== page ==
Turkey was headed toward a currency crisis Tuesday as the value of the lira fell and the country’s central bank appeared to be running out of ammunition to stop its decline toward record lows.
The lira was trading at more than 8 to the euro for the first time since a crisis in 2018. The lira was faring better against the U.S. dollar, but analysts said that the central bank was probably running out of reserves to buy lira and prop up its value.
President Recep Tayyip Erdogan has battled the economic effects of the pandemic by encouraging banks to increase lending and by pressuring the central bank to keep its benchmark interest rate below the rate of inflation. Those policies have fueled fears of a credit bubble, prompting investors to sell Turkish assets, driving down the lira’s value against other currencies.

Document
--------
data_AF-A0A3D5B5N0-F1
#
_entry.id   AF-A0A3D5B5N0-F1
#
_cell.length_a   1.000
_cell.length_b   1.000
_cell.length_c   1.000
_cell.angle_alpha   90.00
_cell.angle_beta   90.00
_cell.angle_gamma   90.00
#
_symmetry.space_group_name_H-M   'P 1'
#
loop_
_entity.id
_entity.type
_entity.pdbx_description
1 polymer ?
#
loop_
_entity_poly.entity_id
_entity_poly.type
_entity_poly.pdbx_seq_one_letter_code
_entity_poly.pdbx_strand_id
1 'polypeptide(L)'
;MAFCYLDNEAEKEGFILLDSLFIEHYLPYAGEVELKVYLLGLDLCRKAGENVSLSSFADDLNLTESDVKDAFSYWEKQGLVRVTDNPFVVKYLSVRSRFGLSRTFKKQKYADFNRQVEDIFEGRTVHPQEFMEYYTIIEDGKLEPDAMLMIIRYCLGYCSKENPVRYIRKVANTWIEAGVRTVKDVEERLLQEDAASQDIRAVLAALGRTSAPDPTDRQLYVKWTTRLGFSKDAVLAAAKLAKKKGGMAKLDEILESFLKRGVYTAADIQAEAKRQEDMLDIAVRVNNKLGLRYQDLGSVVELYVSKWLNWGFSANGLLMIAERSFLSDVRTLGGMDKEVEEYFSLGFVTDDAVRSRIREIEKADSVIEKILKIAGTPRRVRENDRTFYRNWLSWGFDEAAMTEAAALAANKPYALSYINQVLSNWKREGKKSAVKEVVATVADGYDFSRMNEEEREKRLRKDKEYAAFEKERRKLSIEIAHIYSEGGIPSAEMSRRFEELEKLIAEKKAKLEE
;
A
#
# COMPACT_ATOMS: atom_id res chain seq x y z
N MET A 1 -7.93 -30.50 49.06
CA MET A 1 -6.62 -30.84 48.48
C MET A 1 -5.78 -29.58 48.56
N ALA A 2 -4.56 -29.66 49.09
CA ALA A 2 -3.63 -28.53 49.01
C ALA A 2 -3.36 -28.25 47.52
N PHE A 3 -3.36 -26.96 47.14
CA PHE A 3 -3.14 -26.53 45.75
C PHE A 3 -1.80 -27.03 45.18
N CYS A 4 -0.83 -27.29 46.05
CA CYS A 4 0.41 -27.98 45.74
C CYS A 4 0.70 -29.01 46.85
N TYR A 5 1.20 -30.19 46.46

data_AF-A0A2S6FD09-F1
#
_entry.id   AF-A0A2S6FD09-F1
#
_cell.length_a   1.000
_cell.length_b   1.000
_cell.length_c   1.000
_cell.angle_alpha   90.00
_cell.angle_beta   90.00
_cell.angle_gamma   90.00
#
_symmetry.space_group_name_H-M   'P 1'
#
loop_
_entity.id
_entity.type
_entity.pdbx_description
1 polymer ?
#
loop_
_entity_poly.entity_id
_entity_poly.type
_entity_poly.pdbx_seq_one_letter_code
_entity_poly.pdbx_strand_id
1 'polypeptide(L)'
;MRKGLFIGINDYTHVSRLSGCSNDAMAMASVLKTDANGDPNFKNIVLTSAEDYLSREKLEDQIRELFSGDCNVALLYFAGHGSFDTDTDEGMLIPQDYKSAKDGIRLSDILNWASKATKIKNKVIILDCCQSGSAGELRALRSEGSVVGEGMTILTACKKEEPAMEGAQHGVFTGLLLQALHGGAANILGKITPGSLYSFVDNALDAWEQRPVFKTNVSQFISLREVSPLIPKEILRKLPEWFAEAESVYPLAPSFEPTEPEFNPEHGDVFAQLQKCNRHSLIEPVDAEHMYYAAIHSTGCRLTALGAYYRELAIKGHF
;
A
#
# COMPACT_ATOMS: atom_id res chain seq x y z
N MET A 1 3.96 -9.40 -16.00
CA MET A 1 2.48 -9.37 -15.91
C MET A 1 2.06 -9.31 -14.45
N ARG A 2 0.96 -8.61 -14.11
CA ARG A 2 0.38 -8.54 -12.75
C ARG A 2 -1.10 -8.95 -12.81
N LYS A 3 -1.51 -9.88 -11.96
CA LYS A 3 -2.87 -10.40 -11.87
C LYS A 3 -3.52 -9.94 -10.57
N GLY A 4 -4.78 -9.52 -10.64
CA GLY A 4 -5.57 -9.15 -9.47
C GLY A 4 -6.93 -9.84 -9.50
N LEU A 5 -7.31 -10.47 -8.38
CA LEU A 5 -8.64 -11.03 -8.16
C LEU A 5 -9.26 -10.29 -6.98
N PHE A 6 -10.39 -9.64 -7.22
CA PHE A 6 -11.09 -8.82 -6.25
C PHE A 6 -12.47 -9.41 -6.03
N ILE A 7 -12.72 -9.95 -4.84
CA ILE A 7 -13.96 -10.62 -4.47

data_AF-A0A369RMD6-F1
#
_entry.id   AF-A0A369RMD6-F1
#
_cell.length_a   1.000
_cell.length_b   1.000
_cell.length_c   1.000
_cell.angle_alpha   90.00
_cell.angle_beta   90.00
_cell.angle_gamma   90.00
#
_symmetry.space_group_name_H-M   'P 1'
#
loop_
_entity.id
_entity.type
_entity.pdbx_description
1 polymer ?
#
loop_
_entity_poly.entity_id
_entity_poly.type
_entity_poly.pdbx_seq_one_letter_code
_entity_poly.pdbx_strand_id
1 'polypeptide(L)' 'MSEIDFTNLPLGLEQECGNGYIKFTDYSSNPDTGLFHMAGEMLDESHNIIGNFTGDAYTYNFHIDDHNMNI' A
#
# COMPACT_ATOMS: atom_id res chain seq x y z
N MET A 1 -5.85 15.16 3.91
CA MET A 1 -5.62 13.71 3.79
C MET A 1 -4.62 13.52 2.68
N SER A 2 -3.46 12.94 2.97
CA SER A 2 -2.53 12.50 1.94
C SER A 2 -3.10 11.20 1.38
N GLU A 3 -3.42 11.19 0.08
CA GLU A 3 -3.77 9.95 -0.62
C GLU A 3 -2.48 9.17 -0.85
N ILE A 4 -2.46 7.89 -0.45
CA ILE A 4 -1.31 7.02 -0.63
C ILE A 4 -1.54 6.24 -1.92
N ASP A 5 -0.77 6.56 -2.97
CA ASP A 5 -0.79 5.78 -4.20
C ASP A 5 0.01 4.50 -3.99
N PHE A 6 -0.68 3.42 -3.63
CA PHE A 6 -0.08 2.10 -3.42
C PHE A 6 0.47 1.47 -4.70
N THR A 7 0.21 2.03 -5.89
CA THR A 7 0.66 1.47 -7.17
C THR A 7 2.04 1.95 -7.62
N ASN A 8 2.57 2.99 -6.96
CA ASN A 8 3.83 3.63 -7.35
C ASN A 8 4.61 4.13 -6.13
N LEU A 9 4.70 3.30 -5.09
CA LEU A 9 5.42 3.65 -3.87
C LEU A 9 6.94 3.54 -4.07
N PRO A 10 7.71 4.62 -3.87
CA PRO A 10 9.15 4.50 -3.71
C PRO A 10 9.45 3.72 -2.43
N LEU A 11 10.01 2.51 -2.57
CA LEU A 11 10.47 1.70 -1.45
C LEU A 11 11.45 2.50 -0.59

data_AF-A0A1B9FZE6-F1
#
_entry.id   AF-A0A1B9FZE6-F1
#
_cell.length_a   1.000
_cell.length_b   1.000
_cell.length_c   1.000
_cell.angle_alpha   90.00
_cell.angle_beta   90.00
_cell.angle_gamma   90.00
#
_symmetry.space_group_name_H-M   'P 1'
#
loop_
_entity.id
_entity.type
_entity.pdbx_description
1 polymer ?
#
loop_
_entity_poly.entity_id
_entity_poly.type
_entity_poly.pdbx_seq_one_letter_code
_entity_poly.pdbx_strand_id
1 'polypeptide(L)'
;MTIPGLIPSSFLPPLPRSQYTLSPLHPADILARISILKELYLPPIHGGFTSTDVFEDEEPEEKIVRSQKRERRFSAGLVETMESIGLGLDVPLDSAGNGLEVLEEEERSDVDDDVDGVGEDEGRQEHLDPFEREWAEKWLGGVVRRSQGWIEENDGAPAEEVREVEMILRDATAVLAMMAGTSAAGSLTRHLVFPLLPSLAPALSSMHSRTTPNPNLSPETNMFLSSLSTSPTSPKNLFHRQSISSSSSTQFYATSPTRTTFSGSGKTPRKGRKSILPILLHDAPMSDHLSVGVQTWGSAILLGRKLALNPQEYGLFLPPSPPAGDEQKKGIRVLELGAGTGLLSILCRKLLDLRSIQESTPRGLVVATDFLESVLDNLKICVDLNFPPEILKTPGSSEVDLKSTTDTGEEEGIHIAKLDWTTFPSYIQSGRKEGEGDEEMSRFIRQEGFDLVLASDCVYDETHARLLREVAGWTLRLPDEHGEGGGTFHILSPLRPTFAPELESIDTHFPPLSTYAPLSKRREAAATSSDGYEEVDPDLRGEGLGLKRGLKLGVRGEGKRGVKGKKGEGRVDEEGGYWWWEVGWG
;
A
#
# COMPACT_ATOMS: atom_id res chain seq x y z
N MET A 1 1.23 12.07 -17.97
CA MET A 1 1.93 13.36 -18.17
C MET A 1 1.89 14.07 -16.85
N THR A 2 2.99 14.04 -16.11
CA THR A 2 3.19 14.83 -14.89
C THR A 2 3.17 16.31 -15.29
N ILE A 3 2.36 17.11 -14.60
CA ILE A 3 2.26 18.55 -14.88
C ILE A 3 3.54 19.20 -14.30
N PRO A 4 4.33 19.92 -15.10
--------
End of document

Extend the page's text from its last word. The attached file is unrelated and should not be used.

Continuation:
Mr. Erdogan survived currency crises in 2014 and 2018, defying predictions of economic collapse that would threaten his hold on power. But the stresses of the pandemic have made it more difficult for him to strong arm the Turkish economy as he has done in the past.
The economy is “only one shock away from a crisis,” said Maya Senussi, a senior economist at Oxford Economics.